So, as the world changes how it views me as I age, I try hard to see myself as I am. That’s really what this whole house purge is about—remaining true to who I am now versus who I might have been years ago. And staying light—not getting bogged down in a lifetime worth of things. I may have to give up the sake set and with it, the crazy vision I used to have of myself as someone who would one day drink enough sake with friends that I needed an entire set for this ritual. As I say sayonara to the silk pajamas, there goes my shot at living a Katherine Hepburn-esque life—at least the one she lived in the movies. And yes, dammit, I think I liked thinking of myself as someone in silk pajamas drinking her sake. But I have so many other things to do before I go. Something has to give.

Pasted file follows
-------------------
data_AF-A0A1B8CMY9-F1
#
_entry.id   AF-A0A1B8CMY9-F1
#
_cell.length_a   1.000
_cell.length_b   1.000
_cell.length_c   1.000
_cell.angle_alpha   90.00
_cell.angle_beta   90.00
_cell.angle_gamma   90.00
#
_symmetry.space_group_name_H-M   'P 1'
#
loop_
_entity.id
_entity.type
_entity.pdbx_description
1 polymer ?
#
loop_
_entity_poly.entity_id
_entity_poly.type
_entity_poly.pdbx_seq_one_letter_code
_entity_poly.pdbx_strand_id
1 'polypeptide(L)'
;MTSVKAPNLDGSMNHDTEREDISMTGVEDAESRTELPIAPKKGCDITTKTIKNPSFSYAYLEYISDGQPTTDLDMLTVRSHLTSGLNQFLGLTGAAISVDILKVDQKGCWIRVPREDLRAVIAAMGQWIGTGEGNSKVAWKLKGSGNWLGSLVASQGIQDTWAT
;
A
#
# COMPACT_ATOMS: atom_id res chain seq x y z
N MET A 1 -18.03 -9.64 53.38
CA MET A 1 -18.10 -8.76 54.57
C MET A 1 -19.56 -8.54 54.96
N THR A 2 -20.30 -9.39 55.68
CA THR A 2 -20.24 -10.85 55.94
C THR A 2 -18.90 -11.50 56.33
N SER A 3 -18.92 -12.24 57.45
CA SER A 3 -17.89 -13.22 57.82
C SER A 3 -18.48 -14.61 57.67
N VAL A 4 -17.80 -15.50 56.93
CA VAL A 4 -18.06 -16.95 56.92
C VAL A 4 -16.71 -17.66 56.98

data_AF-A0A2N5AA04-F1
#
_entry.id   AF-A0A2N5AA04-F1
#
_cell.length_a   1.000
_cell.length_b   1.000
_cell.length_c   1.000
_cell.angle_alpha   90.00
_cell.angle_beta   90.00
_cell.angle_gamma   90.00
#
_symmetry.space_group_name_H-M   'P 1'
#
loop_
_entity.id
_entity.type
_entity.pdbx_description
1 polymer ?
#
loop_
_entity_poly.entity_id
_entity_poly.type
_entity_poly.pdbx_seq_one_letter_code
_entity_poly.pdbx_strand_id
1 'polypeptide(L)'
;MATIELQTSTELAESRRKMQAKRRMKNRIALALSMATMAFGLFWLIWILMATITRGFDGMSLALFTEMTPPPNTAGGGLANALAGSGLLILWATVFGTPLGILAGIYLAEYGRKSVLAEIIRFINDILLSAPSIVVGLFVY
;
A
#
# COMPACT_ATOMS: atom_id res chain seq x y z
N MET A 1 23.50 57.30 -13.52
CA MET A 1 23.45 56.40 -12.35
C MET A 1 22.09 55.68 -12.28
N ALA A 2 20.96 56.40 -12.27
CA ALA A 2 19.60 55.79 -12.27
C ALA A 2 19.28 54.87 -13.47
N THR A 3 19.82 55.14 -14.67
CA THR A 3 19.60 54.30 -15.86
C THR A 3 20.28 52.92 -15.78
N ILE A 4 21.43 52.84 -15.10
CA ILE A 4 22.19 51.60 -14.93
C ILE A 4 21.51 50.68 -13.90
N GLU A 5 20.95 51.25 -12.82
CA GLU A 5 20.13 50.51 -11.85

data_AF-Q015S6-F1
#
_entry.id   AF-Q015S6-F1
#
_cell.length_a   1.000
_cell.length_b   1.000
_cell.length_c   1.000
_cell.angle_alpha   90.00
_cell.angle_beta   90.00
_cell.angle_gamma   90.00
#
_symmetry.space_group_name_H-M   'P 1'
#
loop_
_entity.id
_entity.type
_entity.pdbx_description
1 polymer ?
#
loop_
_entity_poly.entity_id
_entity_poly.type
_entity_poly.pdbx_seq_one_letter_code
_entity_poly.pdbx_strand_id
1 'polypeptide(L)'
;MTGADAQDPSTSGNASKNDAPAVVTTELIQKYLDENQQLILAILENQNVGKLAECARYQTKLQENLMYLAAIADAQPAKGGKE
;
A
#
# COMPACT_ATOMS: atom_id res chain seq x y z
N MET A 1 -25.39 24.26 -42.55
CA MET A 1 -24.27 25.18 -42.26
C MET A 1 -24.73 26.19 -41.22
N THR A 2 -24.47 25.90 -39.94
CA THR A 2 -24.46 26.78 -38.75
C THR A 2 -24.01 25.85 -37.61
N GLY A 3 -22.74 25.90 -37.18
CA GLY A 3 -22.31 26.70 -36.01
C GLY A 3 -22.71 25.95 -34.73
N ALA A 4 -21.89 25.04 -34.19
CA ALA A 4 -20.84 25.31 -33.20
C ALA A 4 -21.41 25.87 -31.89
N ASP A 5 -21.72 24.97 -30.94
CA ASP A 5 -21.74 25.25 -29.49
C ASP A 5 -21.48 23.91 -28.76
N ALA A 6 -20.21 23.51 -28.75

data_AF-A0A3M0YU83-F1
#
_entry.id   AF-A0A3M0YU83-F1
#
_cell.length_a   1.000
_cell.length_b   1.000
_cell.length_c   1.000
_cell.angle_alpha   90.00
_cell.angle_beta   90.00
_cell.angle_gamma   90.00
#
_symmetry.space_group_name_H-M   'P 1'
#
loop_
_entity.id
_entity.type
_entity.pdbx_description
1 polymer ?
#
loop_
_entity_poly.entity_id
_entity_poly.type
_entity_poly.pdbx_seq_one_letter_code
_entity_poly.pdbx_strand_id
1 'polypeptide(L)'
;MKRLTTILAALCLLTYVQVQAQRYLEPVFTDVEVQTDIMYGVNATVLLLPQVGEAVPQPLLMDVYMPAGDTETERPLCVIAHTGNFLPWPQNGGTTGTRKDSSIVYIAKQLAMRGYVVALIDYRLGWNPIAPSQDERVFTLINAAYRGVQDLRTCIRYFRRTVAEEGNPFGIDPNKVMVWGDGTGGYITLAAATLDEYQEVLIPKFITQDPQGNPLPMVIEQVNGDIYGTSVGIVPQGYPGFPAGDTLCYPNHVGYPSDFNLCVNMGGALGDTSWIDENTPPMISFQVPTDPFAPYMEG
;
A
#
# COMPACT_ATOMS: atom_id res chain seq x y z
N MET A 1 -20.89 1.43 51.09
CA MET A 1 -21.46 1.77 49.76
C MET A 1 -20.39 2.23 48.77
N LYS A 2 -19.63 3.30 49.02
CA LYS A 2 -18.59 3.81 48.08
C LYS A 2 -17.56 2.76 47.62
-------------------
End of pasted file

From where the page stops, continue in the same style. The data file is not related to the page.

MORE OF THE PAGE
Some things, of course, remain. I’ll always be a gal who loves rolling around in books, ideas, words. Not a sought-after trait on most dating sites but it is, I have to believe, in some male circles—the more enlightened ones. And bottom line is, it’s who I am, sought after or not.
I’m still the gal who is not a fan of lukewarm, in food, friends, and men. I don’t want to have to guess if you’re for me. I tire of that game easily. I’m still the gal with a belly laugh that fills the room. I hope that never changes.
An enthusiast who loves the draw of the new, I am learning to temper said enthusiasm before I leap to see if it will last. I’d like to eliminate clothes with tags that never get worn, sake sets that gather dust, men who care more about what is outside than what is inside. Also, men whose inner strength does not match their outer strength.